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wonderbink: The outline of a star surrounded by tiny (illegible) writing (cleanthings)
Wednesday, December 28th, 2016 11:07 am
For the past eight years, Jeffrey Butzer and T. T. Mahoney have performed the soundtrack from A Charlie Brown Christmas live. Butzer plays drums, Mahoney plays piano and some other guy (not always the same guy from year to year) plays bass in a classic jazz trio. Occasionally, a group of female singers will come up to sing the vocal parts.

I've seen it for the past few years and I enjoy it immensely. The soundtrack to A Charlie Brown Christmas is the only Christmas album I own, and it pretty much sets the mood for the season. So when it came around, I purchased a ticket in advance (it inevitably sells out) and put in for the time off with The Big Green Grocery Store.

I figured I'd be scheduled right up to my departure time, like I usually am, but instead they gave me the whole day off. I usually close on Saturday nights, and I guess they figured that if they couldn't have me close, they didn't want me at all. I spent the Saturday cleaning the place, like I used to do when I had a Monday through Friday job. I hope for it to be a portent to things yet to come.

Doors opened at 8:30 and there was already a line stretching into the restaurant area just before 8:30 arrived. By the time I'd gotten in and ordered a drink, all the places to sit were taken. I sat on the step that leads up to the corner where the couches are (the TARDIS corner, I call it, because the walls there have a grid of large circles that resemble the walls of the old-school TARDIS) and moodled with my phone until the show started.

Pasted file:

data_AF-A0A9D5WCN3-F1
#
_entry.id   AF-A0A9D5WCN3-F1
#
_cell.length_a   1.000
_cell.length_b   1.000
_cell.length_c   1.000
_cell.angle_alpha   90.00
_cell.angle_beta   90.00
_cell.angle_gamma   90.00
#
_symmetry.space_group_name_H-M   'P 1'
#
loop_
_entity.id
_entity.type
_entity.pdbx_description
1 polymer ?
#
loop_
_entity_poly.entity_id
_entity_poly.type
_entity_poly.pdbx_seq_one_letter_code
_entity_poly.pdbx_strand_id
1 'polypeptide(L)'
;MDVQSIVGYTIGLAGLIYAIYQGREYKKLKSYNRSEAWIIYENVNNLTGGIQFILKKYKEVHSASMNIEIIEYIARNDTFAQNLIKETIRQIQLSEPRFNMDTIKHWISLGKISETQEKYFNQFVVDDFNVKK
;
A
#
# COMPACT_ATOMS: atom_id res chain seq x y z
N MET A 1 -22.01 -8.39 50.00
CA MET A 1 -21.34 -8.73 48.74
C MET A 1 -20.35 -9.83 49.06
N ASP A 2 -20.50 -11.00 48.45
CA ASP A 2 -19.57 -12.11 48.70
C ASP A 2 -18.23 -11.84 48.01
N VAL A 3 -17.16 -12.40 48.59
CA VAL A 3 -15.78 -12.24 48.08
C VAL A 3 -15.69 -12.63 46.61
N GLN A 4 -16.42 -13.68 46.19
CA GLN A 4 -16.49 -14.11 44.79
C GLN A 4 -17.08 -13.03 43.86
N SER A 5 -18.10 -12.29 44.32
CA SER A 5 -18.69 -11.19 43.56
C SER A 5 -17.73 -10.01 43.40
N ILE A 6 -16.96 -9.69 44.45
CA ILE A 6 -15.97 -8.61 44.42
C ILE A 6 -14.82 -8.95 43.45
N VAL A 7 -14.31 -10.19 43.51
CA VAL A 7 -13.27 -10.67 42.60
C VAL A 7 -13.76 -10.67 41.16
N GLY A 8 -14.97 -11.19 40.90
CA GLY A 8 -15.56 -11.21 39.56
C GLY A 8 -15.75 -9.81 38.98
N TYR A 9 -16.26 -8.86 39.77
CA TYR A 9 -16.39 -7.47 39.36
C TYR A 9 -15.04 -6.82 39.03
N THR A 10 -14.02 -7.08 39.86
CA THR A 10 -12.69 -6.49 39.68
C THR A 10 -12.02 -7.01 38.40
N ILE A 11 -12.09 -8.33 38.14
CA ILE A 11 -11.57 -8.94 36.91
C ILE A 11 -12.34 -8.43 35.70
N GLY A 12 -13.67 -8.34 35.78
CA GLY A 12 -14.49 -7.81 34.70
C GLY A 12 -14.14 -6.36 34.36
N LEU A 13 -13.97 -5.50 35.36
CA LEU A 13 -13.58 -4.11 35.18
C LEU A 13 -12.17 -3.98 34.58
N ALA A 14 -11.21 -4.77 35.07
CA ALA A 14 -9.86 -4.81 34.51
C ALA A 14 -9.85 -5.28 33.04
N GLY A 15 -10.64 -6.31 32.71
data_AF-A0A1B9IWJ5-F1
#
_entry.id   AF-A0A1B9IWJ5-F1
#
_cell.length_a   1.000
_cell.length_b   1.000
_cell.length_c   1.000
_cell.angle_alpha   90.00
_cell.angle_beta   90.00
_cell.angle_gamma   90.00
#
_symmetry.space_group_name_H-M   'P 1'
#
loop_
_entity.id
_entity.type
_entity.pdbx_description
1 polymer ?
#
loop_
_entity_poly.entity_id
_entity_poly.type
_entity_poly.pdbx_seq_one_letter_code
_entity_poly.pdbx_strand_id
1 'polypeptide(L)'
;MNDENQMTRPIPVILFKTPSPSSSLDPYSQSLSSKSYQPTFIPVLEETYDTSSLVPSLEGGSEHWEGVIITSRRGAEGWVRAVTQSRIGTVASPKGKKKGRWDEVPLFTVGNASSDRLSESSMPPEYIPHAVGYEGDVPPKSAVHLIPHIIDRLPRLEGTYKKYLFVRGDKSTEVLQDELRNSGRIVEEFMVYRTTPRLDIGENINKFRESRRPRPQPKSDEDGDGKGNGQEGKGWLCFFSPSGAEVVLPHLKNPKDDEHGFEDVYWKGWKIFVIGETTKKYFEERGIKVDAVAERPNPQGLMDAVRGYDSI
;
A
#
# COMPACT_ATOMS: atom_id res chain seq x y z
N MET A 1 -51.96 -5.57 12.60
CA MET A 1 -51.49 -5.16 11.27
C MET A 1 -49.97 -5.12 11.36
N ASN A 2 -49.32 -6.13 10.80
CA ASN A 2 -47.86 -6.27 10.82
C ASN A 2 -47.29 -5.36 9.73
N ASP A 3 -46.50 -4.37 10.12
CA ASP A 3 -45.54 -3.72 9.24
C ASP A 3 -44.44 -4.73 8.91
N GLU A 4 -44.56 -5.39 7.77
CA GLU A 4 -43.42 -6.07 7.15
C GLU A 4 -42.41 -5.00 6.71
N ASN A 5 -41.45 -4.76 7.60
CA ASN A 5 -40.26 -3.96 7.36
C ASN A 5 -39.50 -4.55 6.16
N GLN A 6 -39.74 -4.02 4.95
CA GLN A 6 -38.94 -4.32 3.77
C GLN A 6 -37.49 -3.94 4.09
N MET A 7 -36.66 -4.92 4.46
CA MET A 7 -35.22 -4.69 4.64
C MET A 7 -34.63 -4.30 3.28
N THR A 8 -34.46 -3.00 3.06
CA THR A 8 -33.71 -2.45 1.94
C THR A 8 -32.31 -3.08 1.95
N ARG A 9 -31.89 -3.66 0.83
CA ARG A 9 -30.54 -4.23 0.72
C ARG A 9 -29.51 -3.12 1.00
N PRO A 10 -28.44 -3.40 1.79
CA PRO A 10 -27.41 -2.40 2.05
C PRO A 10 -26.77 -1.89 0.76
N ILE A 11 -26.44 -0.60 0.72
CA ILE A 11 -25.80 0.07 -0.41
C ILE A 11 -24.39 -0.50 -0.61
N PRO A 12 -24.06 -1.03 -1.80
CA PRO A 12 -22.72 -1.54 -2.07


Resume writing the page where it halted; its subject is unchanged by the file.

The opening act was Jeffrey Butzer's other project, The Bicycle Eaters. They're basically the soundtrack to an art film set in Paris. Many of the songs are sung in French, in fact, because English would just seem jarring matched against the music. The next act was The Silent Knights, who played the entirely of the surf rock Christmas album by The Ventures. It was the first time I'd ever heard Jingle Bell Rock actually sound like rock. I get a big kick out of surf rock (it's probably picked up from Greg Nicoll and seeing The Penetrators so many times) so I had a good time.

Then, finally, the jazz trio hit the stage and we were treated to the Vince Guaraldi soundtrack to A Charlie Brown Christmas. The thing I rather like about their performance is that it isn't a note for note replica, but has a little of the improvisation that jazz is made of.

Then this happened. They got to Fur Elise by Beethoven (Schroeder plays it while Lucy is bothering him) and Jeffrey Butzer got out from behind the drumkit, lay down on his stomach and propped his chin up on his hands, like a child in front of the fireplace. Then somebody started grabbing me and trying to shove me to one side.

I turned to see my eternal nemesis, a Drunk Blond Chick, in a Santa hat. She asked me to move over. I asked her why. She explained that she wanted a clearer view of Jeffrey Butzer in childhood pose, because it was so cute. I assented and moved over for the length of the piece. When it was over and all the musicians had resumed their positions I moved about halfway back and planted my feet. There the matter would have ended but then she started poking and grabbing me again.